Saturday, December 16, 2017

10 states gave Medicaid clients incentives for prevention; Ky. was not among them, but pending waiver would include one

Under the Patient Protection and Affordable Care Act, 10 states participated in a program that offered incentives to Medicaid clients if they engaged in  targeted efforts to prevent chronic disease.

Patricia Alexander of California was a recipient of one of those incentives, which prompted her to get a mammogram. She told Anna Gorman of Kaiser Health News that every time she made an appointment, something came up, and it wasn't until her doctor's office promised her a $25 Target gift card that she was motivated to make the appointment and keep it. The mammogram was negative for breast cancer, but not all mammograms are.

Other states participating in the five-year demonstration projects were Connecticut, Hawaii, Minnesota, Montana, Nevada, New Hampshire, New York, Texas and Wisconsin. In all, they were awarded grants totaling $85 million, Gorman reports.

The practice of offering rewards as a motivation for patients to engage in more preventive care and to make healthier lifestyle choices has long been a practice of private health plans and the demonstration project was created to see if this practice would also work with the Medicaid population.

The states used the incentives for a variety of programs including ones to encourage people to enroll in diabetes prevention, weight management, smoking cessation and other preventive programs.

For example, California's program offered gift cards and nicotine replacement therapy to people who called the state's smoking cessation line and Minnesota's program gave cash to people who attended a diabetes prevention class and completed bloodwork, Gorman reports.

An evaluation of these programs, released in April, found that the incentives helped persuade the Medicaid beneficiaries to participate in preventive activities, but it wasn't able to show that the programs prevented chronic disease or save Medicaid money. The report noted that this was largely because the prevention of chronic diseases could take years to manifest.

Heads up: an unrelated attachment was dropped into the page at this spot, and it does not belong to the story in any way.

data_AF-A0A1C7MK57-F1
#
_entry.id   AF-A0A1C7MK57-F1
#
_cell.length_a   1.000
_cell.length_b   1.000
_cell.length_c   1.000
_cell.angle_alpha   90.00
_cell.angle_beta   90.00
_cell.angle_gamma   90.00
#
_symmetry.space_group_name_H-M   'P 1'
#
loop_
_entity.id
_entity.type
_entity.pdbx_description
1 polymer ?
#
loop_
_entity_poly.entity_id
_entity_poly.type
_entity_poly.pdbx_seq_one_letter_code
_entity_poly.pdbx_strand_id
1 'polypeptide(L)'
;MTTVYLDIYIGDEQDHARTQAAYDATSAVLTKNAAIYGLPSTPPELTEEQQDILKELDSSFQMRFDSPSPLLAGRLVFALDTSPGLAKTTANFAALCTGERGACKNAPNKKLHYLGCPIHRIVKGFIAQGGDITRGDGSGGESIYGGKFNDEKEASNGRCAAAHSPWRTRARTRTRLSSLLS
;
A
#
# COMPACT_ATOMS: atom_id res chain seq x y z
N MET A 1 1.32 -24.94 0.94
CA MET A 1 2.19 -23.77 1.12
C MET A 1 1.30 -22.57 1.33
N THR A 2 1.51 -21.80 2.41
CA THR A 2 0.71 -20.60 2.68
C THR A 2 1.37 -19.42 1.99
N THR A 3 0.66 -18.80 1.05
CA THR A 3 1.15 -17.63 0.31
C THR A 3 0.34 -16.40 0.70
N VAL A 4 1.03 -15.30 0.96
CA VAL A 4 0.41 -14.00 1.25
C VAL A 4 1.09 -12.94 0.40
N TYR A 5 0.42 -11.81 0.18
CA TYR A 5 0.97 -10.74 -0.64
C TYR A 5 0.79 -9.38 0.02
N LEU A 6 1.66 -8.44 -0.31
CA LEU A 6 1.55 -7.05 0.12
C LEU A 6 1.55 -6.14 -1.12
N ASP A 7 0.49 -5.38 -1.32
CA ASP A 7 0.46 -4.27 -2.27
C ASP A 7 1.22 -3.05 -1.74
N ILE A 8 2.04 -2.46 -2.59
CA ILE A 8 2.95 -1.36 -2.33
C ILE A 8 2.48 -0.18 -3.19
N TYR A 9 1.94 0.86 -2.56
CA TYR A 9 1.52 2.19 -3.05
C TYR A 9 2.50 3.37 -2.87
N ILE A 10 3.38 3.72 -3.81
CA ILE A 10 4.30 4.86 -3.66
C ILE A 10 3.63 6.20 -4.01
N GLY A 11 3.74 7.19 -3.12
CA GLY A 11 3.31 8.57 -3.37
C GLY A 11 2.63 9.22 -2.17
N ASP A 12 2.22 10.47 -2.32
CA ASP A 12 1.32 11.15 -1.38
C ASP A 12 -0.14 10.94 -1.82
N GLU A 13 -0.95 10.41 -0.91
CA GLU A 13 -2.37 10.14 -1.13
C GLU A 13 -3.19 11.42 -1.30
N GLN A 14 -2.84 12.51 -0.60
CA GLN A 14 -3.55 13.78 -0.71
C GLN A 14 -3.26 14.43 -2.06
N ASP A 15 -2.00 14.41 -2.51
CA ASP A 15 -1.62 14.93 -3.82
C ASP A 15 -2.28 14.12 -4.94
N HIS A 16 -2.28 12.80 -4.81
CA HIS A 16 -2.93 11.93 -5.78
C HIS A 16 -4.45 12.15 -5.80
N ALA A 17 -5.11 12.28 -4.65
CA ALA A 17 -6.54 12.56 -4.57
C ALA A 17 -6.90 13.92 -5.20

Gorman reports that research on the effectiveness of financial incentives for the Medicaid population has been mixed.

She also points to a report released this year by the liberal-leaning Center on Budget and Policy Priorities that found incentives were good to change immediate behaviors like keeping a doctor's appointment or attending a class, but were less likely to change long-term behaviors, like weight loss.

“The thing that is most likely to help Medicaid beneficiaries utilize care appropriately is actually just giving them access to that care — and that includes providing transportation and child care,” Hannah Katch, an author of the center's report, told Gorman. She added that another barrier is being able to take time off work to go to the doctor.

The report says that these types of incentive programs have proven to pose administrative challenges as well as provider engagement and participation challenges. In addition, it says patient and provider education about the programs; identifying and engaging beneficiaries to participate; establishing the infrastructure to offer and provide the incentives; and the added costs to states to implement these programs have all provided challenges to such programs.

A huge motivator to these incentives programs is to help clients become healthier because insurers "know they can reduce their costs -- and increase their profits -- if their patients are healthier," Gorman writes.

Doug Hogan, spokesman for Kentucky's Cabinet for Health and Family Services, said the state doesn't have such an incentive program for its Medicaid beneficiaries, but if federal officials approve its new Medicaid program, which state officials call Kentucky HEALTH, it will have incentives to encourage members to improve their health and be active members of the community.

"The program would do so by offering My Rewards dollars for activities like accessing preventive-care services, taking health and financial literacy classes, and participating in job training programs," Hogan said. "Members can then use the dollars to access some services not covered by the Kentucky HEALTH plan. Furthermore, members can receive up to $500 from their My Rewards account once they transition to a commercial insurance plan for at least 18 months."

Gov. Matt Bevin proposed changes to Kentucky Medicaid by requesting a waiver from federal rules more than a year ago. The proposal largely targets "able-bodied" adults who qualify for Medicaid under the ACA's expansion of the program to those who earn up to 138 percent of the federal poverty level. It is expected to be approved.

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